Ortho-Mosaic Mapping

An Orthomosaic map is a detailed, accurate photo representation of an area, created out of many photos that have been stitched together and geometrically corrected (“orthorectified”).

It could be described as an ultra high definition Google Satellite map.

It records the ever-changing cultural and natural features on the Earth's surface.

Photograph 1: Is an example of a repeat commission for a 206 acre environmental mitigation project to monitor coastal erosion over time. It consists of approx 1000 high definition photographs taken at 350ft.

Photograph 2: This shows the difference in definition between Google Satellite map quality and a Ortho-Mosaic map quality

Photograph 3: This shows elevation model that can be created to view a visual representation of the deviation in terrain.

Other applications

Construction: Orthomosaic maps can help provide detailed updates on the progress of a construction project, since they allow you to zoom in and see different parts of the building(s) under construction, as well as related resources.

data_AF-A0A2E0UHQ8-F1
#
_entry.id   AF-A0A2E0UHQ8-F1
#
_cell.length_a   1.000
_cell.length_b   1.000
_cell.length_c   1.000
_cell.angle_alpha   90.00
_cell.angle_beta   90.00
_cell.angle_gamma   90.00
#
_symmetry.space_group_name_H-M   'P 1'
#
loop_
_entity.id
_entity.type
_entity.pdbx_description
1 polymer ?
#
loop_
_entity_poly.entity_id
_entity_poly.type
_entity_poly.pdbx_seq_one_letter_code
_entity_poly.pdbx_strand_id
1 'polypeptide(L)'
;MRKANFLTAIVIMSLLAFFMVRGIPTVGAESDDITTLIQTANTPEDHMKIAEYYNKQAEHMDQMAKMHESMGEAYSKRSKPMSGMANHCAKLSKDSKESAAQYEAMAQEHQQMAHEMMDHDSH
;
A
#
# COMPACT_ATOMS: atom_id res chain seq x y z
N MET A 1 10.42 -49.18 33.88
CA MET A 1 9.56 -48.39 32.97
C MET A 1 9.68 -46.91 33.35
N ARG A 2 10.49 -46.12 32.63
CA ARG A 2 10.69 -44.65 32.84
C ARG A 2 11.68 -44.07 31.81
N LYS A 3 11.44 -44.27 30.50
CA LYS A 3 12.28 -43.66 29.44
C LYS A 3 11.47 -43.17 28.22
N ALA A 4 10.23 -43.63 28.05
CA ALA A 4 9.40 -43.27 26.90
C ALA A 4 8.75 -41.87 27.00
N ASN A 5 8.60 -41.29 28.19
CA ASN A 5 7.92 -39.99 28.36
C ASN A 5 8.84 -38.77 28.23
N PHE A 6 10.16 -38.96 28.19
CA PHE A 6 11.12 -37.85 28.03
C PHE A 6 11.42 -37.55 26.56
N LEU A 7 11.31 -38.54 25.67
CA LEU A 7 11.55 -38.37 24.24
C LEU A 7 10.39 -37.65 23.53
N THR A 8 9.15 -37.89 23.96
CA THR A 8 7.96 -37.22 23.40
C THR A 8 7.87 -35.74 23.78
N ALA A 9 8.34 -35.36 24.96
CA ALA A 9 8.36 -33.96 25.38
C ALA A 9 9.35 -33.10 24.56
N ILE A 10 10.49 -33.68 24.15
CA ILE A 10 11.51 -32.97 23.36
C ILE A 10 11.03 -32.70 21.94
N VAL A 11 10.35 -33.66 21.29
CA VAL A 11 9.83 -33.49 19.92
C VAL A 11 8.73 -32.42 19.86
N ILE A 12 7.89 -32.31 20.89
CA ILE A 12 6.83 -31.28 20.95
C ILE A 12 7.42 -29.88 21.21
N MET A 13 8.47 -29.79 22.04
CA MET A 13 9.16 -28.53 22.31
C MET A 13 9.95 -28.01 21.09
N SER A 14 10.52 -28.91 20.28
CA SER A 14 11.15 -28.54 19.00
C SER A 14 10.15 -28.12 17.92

Real Estate: Orthomosaic maps are being used in real estate to provide detailed, interactive maps of properties, which help realtors in their efforts to sell them. An orthomosaic map made for real estate purposes could be of a small area, such as a house, or it could cover thousands of acres of property. Typically they’re used to showcase large properties or estates, since it can be difficult to show a prospective client the entire piece of land and/or details of the buildings on the property when they are so spread out.

Emergency Management:When disaster strikes, quick and accurate information is vital for emergency management to effectively respond, especially when the disaster covers a large area. Using drone photogrammetry, officials can determine the most damaged areas of a disaster (think flood or hurricane). With this data, they can effectively distribute their resources for a timely response.

Record Keeping: Orthomosaic maps are powerful visuals to have for record keeping. Using these maps helps property owners and insurers track changes in a property over time. Comparing orthomosaic maps allows people to visualize changes in the tree-line, patterns in how the property is used, and under-utilized space.